Wednesday, May 16, 2018

Army Veteran Jailed For Stirring Up Racial Hatred

Jeremy Bedford-Turner

A far-right Army veteran has been jailed for stirring up racial hatred after the Crown Prosecution Service (CPS) was pressured to reconsider not bringing charges against him.
Jeremy Bedford-Turner, 48, called for his "soldiers" to liberate England from "Jewish control" in a speech outside Downing Street and blamed Jews for issues ranging from both World Wars to Jack the Ripper.
The CPS declined to prosecute him after an initial complaint but reconsidered the decision after the Campaign Against Antisemitism (CAA) brought a legal challenge at the High Court.
Judge David Tomlinson jailed Bedford-Turner for a year for the "poisonous" and "sinister" speech after a jury convicted him following two hours of deliberation.
The 15-minute speech was made at a rally against Jewish neighbourhood watch group Shomrim in Whitehall, central London, on 4 July 2015.
Bedford-Turner, who served for 12 years in the Army speaking Pashtu and Arabic, told the crowd:
"Let's free England from Jewish control. Let's liberate this land.
"Listen, soldiers, listen to me. It's time to liberate our country."
Under cross-examination during his two-day trial, Bedford-Turner admitted wanting all Jews including children to leave the UK.
Prosecutor Louis Mably QC said the defendant was "absolutely obsessed" with Jewish people and that he "despised" them.
The CAA took the step of bringing a judicial review after prosecutors declined to charge Bedford-Turner.
Bedford-Turner, of no fixed address, was convicted of one count of stirring up racial hatred.
https://www.forces.net/news/army-veteran-jailed-stirring-racial-hatred 

Sunday, May 13, 2018

Freedom for Ursula Haverbeck - demo Bielefeld - 10th May 2018


Seems they jail 89 year old women now in Germany for speaking an alternative view of history.

Justice for Northern Ireland veterans - static protest - Friday, 15th June 2018 - from 11am onwards

Parliament Square Central London

Friday, May 11, 2018


Judge says retired soldier should stand trial for attempted murder of vulnerable man

Accused: Dennis Hutchings 2 2
Accused: Dennis Hutchings
A senior judge has rejected an application to have a case against a former soldier accused of a Troubles-related shooting dismissed.
On Thursday, Mr Justice Colton said that while he was "uneasy" about a prosecution being taken over 40 years after the incident, former soldier Dennis Hutchings should stand trial for the attempted murder of a vulnerable man in 1974.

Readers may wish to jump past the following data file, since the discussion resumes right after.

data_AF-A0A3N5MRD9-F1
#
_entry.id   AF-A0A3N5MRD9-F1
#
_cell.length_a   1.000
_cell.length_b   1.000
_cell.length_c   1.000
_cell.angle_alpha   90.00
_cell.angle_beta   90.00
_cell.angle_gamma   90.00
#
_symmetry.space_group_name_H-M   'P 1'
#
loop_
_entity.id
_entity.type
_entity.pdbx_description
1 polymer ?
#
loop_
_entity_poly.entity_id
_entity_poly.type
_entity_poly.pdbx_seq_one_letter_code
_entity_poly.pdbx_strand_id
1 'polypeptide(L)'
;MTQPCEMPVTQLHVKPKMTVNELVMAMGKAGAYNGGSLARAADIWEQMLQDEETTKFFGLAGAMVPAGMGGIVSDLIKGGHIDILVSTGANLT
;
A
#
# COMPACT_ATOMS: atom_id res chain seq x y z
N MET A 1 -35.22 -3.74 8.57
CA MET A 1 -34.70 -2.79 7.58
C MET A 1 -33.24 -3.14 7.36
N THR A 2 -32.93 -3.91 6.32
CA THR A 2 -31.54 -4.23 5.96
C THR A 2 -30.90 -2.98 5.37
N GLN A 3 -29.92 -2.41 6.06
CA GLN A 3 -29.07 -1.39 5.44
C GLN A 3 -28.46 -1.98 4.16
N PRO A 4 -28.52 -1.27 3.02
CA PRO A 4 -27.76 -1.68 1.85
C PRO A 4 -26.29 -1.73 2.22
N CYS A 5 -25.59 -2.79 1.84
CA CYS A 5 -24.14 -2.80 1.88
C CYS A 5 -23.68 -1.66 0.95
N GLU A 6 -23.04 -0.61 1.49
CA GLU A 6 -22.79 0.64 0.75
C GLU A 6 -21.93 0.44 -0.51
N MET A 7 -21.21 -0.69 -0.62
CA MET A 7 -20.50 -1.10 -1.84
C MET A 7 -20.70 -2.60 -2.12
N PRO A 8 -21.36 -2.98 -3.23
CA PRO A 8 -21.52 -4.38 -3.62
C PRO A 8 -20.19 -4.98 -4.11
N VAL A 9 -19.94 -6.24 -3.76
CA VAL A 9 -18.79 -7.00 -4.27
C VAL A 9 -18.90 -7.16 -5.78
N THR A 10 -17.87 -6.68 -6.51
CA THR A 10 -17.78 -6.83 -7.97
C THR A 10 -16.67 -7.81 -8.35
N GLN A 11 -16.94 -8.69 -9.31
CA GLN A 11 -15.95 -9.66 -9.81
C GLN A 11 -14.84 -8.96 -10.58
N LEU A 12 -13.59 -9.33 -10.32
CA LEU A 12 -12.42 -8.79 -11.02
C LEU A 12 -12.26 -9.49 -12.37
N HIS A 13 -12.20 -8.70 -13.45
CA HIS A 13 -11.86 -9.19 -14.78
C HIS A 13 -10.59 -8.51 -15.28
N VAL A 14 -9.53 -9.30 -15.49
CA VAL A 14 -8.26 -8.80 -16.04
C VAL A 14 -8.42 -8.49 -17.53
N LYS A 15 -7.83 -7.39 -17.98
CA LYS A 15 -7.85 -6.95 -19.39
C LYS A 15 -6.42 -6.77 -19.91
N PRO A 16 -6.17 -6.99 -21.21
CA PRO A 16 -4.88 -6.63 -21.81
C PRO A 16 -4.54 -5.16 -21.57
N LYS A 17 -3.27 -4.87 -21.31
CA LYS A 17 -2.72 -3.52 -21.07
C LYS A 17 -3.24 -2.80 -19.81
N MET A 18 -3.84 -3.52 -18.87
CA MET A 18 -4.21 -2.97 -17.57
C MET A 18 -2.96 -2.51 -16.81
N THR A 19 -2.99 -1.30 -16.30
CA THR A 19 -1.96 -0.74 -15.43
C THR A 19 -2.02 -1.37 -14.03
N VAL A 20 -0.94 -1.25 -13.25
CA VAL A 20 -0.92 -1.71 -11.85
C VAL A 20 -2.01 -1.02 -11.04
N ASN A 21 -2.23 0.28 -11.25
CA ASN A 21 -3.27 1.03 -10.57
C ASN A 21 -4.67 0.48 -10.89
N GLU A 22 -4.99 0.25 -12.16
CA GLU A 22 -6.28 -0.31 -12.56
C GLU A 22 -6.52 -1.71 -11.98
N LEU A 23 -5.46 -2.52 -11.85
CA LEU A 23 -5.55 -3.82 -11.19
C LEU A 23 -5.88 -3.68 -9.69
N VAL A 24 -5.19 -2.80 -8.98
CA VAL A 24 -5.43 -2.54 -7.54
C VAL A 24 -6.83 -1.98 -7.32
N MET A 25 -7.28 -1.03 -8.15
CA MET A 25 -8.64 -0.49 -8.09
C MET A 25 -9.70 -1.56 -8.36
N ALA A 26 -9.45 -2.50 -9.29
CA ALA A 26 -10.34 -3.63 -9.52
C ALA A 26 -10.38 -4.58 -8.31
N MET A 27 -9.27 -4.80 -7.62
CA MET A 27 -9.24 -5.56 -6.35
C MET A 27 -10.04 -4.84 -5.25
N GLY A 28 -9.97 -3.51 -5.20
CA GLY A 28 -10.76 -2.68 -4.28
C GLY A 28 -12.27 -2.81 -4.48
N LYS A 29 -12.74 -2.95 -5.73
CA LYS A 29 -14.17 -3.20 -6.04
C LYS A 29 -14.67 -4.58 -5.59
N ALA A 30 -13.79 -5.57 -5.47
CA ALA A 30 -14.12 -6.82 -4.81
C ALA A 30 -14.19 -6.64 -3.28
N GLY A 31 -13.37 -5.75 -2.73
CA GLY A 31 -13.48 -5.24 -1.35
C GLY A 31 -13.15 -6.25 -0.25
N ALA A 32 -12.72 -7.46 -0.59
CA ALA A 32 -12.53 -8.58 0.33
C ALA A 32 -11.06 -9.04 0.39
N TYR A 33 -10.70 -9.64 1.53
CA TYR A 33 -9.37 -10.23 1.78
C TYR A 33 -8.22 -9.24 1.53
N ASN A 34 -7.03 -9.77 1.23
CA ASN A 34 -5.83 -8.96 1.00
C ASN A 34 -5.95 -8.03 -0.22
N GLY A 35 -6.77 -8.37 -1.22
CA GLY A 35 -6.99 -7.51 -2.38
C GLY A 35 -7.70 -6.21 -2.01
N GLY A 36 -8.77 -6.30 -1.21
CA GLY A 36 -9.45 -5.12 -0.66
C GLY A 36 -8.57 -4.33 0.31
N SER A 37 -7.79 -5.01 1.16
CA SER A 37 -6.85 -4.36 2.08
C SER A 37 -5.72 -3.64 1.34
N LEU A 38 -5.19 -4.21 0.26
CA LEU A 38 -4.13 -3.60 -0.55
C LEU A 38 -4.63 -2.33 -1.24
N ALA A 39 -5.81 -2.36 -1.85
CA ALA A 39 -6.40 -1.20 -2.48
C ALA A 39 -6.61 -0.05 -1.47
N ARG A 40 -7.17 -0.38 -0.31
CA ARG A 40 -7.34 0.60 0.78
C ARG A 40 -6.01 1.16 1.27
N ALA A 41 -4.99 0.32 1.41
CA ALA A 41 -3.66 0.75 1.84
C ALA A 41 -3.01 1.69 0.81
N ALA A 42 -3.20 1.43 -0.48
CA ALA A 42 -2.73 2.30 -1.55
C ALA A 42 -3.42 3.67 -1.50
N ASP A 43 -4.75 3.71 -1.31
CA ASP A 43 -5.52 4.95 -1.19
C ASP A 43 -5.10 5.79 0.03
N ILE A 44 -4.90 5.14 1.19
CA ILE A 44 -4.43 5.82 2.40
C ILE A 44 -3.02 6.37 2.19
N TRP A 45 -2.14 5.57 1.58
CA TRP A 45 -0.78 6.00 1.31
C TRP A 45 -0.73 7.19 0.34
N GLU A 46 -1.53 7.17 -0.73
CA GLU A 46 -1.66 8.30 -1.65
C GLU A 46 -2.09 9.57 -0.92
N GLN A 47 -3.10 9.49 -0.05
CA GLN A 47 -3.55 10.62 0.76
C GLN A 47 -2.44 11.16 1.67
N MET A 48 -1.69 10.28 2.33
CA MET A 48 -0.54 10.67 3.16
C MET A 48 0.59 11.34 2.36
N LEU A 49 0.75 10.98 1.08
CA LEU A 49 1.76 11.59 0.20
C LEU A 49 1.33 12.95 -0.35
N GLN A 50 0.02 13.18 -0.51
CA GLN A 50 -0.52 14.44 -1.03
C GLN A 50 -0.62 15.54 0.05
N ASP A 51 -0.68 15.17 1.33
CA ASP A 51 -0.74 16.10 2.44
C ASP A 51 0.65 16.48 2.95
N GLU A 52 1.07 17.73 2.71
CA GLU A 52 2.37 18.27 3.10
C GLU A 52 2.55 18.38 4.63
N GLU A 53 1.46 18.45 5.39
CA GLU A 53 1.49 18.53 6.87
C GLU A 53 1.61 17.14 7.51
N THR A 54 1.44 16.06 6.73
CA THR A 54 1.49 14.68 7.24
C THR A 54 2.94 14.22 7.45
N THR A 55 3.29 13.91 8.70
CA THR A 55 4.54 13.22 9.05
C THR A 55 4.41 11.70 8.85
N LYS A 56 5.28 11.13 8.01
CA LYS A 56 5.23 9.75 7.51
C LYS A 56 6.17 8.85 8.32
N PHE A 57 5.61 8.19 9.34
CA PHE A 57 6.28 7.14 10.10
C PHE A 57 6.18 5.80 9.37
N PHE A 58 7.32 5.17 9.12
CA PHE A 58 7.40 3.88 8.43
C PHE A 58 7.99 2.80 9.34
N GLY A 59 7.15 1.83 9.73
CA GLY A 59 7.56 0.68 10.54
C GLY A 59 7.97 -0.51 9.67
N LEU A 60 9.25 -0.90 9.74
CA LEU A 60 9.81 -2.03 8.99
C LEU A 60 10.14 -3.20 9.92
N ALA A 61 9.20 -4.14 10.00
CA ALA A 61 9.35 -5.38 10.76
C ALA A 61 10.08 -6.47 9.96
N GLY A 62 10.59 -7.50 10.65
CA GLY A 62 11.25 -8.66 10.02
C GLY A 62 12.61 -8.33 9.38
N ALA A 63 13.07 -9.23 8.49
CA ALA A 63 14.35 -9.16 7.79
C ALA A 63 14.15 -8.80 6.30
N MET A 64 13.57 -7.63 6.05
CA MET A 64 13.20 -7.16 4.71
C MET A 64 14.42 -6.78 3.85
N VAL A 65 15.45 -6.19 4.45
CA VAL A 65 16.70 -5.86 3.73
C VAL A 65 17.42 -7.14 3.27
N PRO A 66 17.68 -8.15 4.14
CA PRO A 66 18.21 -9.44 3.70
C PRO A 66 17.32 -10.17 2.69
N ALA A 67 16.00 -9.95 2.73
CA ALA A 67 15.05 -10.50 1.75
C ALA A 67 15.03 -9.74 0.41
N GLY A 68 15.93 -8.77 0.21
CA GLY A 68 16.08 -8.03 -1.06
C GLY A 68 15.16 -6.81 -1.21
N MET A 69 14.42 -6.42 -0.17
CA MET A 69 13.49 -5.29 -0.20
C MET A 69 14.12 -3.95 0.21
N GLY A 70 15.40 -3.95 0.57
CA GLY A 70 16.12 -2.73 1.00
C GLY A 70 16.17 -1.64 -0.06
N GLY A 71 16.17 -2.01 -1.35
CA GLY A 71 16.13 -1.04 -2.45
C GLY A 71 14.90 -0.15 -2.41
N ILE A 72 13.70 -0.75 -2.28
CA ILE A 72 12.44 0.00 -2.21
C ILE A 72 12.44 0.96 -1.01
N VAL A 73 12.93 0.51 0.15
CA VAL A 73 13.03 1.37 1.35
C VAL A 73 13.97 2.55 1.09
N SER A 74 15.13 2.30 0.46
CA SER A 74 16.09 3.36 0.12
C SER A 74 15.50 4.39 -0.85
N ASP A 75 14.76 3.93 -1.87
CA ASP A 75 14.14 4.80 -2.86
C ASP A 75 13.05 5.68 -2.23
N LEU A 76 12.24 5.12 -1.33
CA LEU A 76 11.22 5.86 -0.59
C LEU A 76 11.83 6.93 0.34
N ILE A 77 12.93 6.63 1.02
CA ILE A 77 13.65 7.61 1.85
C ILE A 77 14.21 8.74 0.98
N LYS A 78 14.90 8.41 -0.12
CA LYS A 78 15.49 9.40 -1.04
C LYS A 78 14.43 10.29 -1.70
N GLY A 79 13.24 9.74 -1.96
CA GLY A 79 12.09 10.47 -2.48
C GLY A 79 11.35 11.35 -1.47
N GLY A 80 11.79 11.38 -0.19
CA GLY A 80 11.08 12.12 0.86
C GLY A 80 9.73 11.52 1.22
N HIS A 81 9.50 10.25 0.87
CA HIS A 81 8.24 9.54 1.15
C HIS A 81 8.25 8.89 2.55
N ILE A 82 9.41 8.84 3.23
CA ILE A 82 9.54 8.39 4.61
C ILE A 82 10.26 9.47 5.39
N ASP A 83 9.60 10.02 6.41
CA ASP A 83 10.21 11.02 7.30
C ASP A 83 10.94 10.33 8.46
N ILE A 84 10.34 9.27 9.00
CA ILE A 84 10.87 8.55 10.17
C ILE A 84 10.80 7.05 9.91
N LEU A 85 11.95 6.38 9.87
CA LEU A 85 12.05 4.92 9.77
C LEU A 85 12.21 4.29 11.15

John Patrick Cunningham was shot in the back as he ran away from an army patrol near Benburb in Co Armagh. Mr Hutchings and 'Soldier B', who has since died, both fired their guns at the fleeing 27-year old, and it cannot be established who discharged the fatal bullet.
Mr Hutchings - who is now 76, in ill health and who did not attend today's hearing - applied to stay the proceedings against him on three grounds; non-availability of evidence, delay in the case and a breach of a promise that he would not be prosecuted for the incident.
A total of five shots were fired by Hutchings and Soldier B from two rifles. It is the Crown's case that by firing three of these shots, Hutchings - who at the time was a Squadron Quarter Master Corporal - intended to kill or cause grievous bodily harm to Mr Cunningham.
From Cornwall, Mr Hutchings has denied charges of attempted murder, and causing grievous bodily harm with intent. The pensioner has made the case it was never his intention to kill or injury Mr Cunningham, but rather he was firing warning shots to get him to stop.
Other soldiers who were present at the scene provided statements in the aftermath of the 1974 killing, saying that whilst they heard shots they did not actually see Hutchings discharge his rifle.
Belfast Crown Court heard a lack of other evidence raised by the defence includes the "absence of the original investigation file", a failure to establish a property crime scene, inconsistencies about who seized the rifles from the scene, and the absence of evidence explaining "how, when and by whom" Mr Cunningham's remains were taken to the mortuary for a post mortem.
Regarding the delay in bringing the case to court, Mr Justice Colton said the prosecution were seeking to rely on the statements of other soldiers who are now deceased, and that "no enquiries can be made of their memory of these events."
Telling the court "I admit I an uneasy about a prosecution over 40 years after the event", the Judge said he was nonetheless satisfied a fair trial would be possible.